Pattern of Resistance to Pseudomonas infection in the North of Iraq: Emphasis on the Potential Role of a Combination Antibiogram

Abstract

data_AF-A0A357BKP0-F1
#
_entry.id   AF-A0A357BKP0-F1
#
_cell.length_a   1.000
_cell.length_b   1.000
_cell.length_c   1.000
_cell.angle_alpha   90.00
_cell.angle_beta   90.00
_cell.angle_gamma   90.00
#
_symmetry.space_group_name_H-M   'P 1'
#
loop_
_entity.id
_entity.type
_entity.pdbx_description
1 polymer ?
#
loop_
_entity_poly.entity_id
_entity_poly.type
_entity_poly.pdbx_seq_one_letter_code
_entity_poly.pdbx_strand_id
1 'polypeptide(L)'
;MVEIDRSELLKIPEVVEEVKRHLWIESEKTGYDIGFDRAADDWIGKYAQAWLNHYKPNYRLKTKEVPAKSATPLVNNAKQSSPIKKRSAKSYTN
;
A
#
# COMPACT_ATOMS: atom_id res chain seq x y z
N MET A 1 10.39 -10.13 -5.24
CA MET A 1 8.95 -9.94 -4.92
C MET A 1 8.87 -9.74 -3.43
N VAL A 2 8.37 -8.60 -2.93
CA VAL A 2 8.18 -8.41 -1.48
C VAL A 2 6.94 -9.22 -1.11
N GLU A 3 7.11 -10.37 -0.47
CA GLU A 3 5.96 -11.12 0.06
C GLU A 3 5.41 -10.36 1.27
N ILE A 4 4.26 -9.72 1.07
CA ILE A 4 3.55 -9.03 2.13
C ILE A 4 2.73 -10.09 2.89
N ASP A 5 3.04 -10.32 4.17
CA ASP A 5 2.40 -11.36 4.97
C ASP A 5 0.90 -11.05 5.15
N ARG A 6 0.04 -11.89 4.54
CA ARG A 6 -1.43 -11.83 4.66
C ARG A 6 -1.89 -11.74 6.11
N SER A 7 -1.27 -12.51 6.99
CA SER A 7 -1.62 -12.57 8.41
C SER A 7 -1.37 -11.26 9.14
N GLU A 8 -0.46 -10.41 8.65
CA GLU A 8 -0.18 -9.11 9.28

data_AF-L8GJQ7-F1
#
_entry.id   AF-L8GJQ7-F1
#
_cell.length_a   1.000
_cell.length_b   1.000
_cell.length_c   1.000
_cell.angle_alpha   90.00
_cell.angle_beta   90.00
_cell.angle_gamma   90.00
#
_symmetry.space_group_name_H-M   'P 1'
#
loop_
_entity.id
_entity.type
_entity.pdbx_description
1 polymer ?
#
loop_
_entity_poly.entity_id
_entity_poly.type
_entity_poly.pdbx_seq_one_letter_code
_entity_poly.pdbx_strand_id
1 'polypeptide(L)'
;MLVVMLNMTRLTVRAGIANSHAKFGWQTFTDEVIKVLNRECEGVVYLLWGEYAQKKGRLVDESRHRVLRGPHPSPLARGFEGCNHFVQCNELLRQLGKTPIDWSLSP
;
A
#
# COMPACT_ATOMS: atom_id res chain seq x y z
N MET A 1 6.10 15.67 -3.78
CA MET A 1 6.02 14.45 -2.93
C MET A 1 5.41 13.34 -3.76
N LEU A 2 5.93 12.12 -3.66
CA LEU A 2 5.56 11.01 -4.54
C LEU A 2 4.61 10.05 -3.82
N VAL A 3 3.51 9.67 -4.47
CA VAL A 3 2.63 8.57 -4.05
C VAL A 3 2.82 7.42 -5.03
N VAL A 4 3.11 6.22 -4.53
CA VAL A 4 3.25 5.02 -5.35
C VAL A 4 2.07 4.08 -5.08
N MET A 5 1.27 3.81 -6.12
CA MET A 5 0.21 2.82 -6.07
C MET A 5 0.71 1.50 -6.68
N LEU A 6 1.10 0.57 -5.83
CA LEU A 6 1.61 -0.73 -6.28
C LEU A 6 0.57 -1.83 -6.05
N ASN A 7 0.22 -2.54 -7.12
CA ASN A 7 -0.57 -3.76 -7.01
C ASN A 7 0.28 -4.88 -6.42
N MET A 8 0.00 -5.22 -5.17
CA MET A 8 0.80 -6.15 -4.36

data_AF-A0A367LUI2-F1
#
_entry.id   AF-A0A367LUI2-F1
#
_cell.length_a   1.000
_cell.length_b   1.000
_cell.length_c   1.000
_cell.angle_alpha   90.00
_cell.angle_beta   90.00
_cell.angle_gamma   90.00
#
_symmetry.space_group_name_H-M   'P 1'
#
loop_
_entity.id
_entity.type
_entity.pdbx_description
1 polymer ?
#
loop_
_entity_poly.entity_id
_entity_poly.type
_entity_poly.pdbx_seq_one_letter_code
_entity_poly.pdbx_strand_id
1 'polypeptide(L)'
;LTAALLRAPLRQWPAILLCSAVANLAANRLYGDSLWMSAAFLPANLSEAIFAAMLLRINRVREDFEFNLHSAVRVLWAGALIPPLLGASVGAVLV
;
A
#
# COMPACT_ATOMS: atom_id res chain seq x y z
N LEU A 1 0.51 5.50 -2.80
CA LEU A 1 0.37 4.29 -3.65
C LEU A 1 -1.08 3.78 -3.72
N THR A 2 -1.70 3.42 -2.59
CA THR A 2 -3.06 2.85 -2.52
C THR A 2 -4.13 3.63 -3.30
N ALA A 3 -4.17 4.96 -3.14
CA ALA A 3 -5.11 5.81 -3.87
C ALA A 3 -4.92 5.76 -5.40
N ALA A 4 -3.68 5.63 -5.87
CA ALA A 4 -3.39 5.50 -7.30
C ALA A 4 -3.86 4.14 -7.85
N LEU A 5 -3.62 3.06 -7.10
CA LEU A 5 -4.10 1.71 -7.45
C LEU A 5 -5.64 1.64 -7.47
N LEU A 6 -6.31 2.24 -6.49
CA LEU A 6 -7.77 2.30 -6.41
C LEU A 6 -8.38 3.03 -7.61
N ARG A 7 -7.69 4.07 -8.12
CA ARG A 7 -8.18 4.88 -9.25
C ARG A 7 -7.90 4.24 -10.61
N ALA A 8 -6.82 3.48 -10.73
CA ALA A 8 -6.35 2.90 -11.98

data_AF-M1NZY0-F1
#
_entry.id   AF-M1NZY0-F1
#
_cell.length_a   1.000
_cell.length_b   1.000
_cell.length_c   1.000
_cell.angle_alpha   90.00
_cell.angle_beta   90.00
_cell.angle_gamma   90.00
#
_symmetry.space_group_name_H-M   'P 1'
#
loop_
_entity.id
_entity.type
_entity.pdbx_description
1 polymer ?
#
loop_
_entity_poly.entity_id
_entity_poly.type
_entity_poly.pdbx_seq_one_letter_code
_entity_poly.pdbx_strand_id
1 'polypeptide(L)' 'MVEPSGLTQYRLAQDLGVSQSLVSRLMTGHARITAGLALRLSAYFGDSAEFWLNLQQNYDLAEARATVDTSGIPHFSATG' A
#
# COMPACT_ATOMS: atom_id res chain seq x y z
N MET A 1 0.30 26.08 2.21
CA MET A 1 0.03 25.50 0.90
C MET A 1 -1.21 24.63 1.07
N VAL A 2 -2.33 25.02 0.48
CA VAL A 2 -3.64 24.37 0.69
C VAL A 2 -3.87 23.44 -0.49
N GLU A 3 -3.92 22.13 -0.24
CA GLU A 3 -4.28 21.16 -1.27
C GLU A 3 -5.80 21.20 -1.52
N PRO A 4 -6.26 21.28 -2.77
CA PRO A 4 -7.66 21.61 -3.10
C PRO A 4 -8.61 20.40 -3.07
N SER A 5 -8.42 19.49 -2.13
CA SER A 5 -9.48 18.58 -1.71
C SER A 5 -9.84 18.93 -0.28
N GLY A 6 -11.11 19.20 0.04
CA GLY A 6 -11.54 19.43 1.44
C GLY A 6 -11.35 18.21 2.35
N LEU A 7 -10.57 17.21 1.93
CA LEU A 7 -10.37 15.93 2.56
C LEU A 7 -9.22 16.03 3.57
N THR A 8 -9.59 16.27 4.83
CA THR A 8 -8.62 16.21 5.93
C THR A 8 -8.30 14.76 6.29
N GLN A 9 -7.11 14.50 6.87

Background: The wide misuse of broad spectrum antibiotics causes increase in the ratio of antibiotic resistance in Iraq. Data are limited on the prevalence, pattern of resistance, and factors associated with resistant organisms. Objective: The aim of this study was to determine the isolation prevalence and antibiotic resistance ratio of P. aeruginosa species isolated in the North of Iraq and to determine the optimum effect of a combination antibiogram and its potential role in empiric treatment. Patients and Methods: The study samples were collected from the two cities Mosul and Duhok. Mosul samples were taken from inpatient specimens sent for culture and antibiotic sensitivity in Al-Salam teaching hospital for a three-year-period (2003-2005). Duhok samples were obtained mainly from outpatient specimens sent to the laboratory of one of the two main private hospitals in the city for another three-year-period (2007-2009). P. aeruginosa was identified by conventional methods and API 20 E (Biomerieux). Their antibiotic susceptibility was tested using the Kirby-Bauer plate diffusion method. Detection of combination effects was performed on Duhok samples by in vitro testing of different antimicrobial combination patterns commonly used in routine empirical practice. For this purpose combinations were chosen of the top four individual drugs demonstrating the highest susceptibilities by the standard antibiogram.Results: Out of 8038 and 1878 clinical specimens submitted for culture in Mosul and Duhok, respectively, 180 and 21 clinically significant isolates of P. aeruginosa were isolated, resulting in a prevalence of 5.2% and 1.6%, respectively. The most common isolates were from pus, followed by urine specimens and ear discharges. The isolates in males were twice that of females. The pattern of resistance revealed that amikicin had the highest sensitivity (89.7%) followed by imipenem, tobramycin and piperacillin (85.6%, 84.1 %, and 82.1%, respectively). Cefotaxime showed the lowest sensitivity rate (66.4%) followed by ceftazidim, carbinicillin, ciprofloxacin and gentamycin (70.1%, 74.6%, 76.1%, and 79.1%, respectively). The study revealed that the optimum combination therapy with the highest sensitivity rate were the combination of amikacin with either piperacillin or imipenem (95.2%) and piperacillin with tobramycin (95.2%).Conclusions and Recommendations A relatively high resistance rate to first line anti-pseudomonal drugs was observed, which should lead to continuous evaluation of hospital and community resistance pattern, the use of optimum combination therapy should be considered in the rational use of anti-pseudomonas drugs.Keywords: Pseudomonas aeruginosa, Resistance pattern, Prevalence